MeiTY’s data center policy draft is a step in the right direction


By Manoj Paul – Managing Director, GPX India Pvt Ltd

Data localisation is a topic of discussion around the world, and has great significance for India too. The critical aspect of data localisation is not only about having control over the country’s data to reduce vulnerabilities around privacy and security but also to provide better user experience and flexibility for service providers to roll out newer services leveraging the digital infrastructure. Countries with a highly supportive data localisation policy have experienced the development of better infrastructure for data storage, access and management. All these factors go a long way in ensuring a better digital economy.

Data centers play a pivotal role in a digital economy. India has seen spectacular growth in data centers in the last five years.The Govt of India now wants to take measures to further promote FDI into the data center sector, for which MeiTY has floated a draft policy.

For data centers, the four critical aspects are Land, Power, Networks and Ease of Doing business.  For promoting FDI in data centers, ease of doing business is more important than incentives. So, reduction in the number of approvals and single window time-bound approvals, as stated in the draft policy, is the right step.

The policy rightly envisages a separate category for data centers under the National Building Code of India (NBC 2016).  Data center buildings are unique in many aspects: they require less parking space and have higher roof height of 5m and above (as they need to stack large generators and large diesel tanks). A standard data center building approval guideline across the country to all the municipal corporations would be helpful for data center companies to build their pan India plans without many variations and get the approvals of regional authorities within stipulated timelines.

The policy document envisages ‘Infrastructure’ status to be given to the data center sector, which is welcome. However, data centers should continue to be considered an IT/ITeS company due to the interlinkages with the IT sector and a shared resource pool.

The power requirement of data centers is very high. A mid-sized data center can generate as much revenue for a power company as 10,000 homes. The policy needs to spell out clear guidelines for the distribution companies to invest and build infrastructure to support the present and future requirements of data centers. Considering the economies of scale, data centers should be provided  industrial tariffs and exemption of electricity duties. The number of steps and time needed to get statutory approvals should also be reduced. For instance, the current process of getting an electricity duty exemption requires multiple permissions and committee approval, which takes nearly six months. If a committee’s approval is excluded, it will save at least 3-4 months.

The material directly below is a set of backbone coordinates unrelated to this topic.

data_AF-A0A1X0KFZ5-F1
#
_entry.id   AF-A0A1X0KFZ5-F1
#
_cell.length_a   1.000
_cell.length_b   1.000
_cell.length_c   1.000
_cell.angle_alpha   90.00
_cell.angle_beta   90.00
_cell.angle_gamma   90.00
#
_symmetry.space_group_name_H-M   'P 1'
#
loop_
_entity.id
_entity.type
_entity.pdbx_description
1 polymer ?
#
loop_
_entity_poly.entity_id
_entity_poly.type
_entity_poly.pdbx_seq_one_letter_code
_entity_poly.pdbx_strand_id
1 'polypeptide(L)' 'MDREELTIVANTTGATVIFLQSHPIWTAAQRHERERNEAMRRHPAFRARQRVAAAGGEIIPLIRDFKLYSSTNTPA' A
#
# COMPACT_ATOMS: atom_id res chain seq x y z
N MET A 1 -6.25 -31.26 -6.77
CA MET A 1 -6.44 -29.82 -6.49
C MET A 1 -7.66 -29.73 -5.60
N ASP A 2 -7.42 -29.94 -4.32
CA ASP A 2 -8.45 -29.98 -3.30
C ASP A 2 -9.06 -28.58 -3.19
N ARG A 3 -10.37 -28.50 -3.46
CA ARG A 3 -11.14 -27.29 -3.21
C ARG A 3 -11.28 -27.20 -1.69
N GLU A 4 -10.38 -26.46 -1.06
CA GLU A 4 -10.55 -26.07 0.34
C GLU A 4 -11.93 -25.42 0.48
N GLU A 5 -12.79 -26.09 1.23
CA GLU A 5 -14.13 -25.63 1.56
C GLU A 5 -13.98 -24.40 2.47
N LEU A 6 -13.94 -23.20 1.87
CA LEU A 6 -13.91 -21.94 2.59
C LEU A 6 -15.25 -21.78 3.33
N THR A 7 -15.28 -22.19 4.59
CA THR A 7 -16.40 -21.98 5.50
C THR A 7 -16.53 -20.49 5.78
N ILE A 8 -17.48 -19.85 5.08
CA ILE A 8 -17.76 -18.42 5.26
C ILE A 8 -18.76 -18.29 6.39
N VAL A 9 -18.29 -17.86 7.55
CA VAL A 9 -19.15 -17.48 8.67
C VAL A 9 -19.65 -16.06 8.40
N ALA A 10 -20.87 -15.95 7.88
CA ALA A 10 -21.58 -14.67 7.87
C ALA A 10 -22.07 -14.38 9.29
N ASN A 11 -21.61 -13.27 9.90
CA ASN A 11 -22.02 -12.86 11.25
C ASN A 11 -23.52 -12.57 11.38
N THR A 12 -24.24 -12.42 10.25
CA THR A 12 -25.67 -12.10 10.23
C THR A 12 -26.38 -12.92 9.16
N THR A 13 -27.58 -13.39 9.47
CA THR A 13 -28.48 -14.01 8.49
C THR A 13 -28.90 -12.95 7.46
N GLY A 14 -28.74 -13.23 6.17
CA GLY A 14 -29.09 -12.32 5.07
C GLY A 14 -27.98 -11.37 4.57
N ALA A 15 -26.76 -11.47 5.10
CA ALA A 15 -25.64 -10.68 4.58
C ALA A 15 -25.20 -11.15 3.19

Besides power, connectivity is the other critical input for data centers. In India, the state of intercity and intracity fiber networks are far from what’s required and exists in other developed countries. The development of a strong fiber backhaul backbone needs enormous investments. In the case of new undersea cable systems, OTTs and cloud service providers are the new dominant investors. Similarly, the Govt of India should incorporate in its data center policy, measures to encourage and facilitate new investors for laying data center connectivity grade intracity and intercity fiber and DWDM Networks in India.

Another primary task is for a liberal dark fiber policy. In India, a data center gets occupied within 2-3 years or earlier. The data center service provider typically sets up another nearby facility so that the customers can further expand their hosting setup in the available space in the second data center. For the success of this setup, the data center provider needs to offer seamless and scalable fiber connectivity between the infrastructure of enterprises between the two data center buildings. This demands a dark fiber policy for enterprises. Allowing dark fiber for enterprises can happen in two stages.

In the first stage, DoT can clarify that licensed service providers, including VNOs, can provide bandwidth as dark fiber to enterprises. The second stage could be allowing IP1 registered providers to provide dark fiber to enterprises. Data centers can then take IP1 registration and invest in creating a data center dark fiber network.

Having achieved the distinction of being the IT outsourcing hub for the world, India can now aspire to be the outsourcing hub for the data centers market. MeiTYs’ draft policy is a step in the right direction to achieve this objective. However, it needs detailing and implementation of new policy amendments across various Govt departments of states and center, within stipulated timelines. We do hope that the focus would soon shift on the implementation of policy amendments so that data center companies can start seeing the benefits, which in turn can result in faster investments.


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